First things first: Ceviche, when prepared correctly, is, quite simply, my favorite thing to eat. My mother made it all the time when I was growing up, and my sole reason for going to the coastal cities of Mexico on spring break in college had nothing to do with beach bodies, tequila shots or pole dancing -- and everything to do with ceviche. The essence of ceviche is the powerful wallop of the sweet ocean laced with the sting of chiles and the sharp tang of citrus -- but if the fish isn't fresh enough to slap me back, you can toss it in with the bottom-feeders at the lowest depths of the sea.
Peruvian ceviche is different from Mexican ceviche: You won't encounter tomato juice, serranos or jalapenos, Tabasco sauce or fish -- at least not often -- that's been chopped. Instead, Peruvian ceviche gets a bold boost from the heat of fruity aji amarillo and aji ricoto chiles, crushed and pureed to make pastes and sauces. Boiled potatoes -- purple, yellow and sweet -- add chunk and heft, and much of the fish is sliced similarly to sushi and served crudo style.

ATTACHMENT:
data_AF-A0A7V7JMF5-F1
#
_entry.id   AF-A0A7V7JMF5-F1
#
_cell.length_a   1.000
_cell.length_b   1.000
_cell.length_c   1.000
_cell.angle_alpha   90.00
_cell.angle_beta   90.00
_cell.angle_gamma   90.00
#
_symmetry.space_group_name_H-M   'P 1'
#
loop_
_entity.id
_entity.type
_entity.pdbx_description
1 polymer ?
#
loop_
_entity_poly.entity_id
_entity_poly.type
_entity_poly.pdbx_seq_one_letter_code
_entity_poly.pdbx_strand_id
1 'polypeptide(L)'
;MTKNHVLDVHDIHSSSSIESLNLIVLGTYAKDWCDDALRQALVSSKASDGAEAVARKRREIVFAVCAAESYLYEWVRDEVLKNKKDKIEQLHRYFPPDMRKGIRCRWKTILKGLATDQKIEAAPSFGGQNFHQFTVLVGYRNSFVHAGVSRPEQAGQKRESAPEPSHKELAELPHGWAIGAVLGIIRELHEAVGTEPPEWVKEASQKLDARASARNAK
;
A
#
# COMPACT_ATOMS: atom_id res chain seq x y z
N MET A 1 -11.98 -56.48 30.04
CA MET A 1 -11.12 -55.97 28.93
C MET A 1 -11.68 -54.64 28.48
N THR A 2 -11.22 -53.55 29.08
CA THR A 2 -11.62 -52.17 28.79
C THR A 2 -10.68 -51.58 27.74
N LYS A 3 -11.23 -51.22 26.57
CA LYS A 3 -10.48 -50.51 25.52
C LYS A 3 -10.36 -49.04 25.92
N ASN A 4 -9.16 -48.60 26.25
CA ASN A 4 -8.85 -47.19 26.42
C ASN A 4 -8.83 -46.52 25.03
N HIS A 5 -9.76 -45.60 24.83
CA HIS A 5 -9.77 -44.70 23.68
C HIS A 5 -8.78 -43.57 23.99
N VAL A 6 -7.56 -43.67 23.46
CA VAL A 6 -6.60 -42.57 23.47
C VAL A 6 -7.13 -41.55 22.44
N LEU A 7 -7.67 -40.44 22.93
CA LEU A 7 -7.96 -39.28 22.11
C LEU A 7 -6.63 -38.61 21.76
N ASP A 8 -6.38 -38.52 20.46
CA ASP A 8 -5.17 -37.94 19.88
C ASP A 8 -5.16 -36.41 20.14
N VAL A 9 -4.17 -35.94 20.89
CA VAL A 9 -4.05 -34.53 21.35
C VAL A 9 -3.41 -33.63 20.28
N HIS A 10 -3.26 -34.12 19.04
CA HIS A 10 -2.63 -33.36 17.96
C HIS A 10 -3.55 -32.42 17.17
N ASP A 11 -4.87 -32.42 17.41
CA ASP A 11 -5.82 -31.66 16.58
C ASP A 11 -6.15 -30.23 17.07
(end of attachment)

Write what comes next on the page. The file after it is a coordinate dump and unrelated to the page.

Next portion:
Taita Peruvian Cuisine & Bar, which opens Friday at 1521 Marion Street, is not a cevicheria, but its ceviche -- at least the raw fish I sampled on Friday night during an intimate, impromptu dinner, where Taita's chef and co-owner Pepe Aparicio cooked -- was nothing short of astounding. "Look at the halibut," said Aparicio, shoving the glistening flesh, salted and peppered, under my nose. Smell it, he insisted. I nodded my approval and he beamed. "Sixteen dollars a pound," he grumbled. "But if you're going to make ceviche, the fish has to be the highest quality. If it isn't, we won't serve it."
Aparicio served several other dishes on Friday night -- dishes like crisped cod with onions and choclo, an Andean large-grain corn, and stir-fried lomo saltado made with filet mignon -- and while every single dish pranced with pronounced flavors, the ceviches, had I been in a boat, would have knocked me overboard with their vibrancy.
When Taita opens, you can expect several variations of ceviche, along with traditional Peruvian dishes and a beverage program that highlights cocktails from that country. And the festive space, illuminated by the flicker of candles, strikes me as the perfect date spot. It'll be open nightly from 4 to 11:30 p.m., and while the kitchen will end its dinner menu at 10:30, a late-night board will take over for the last hour.
Click through the following pages for a sneak peek at the food and cocktails.
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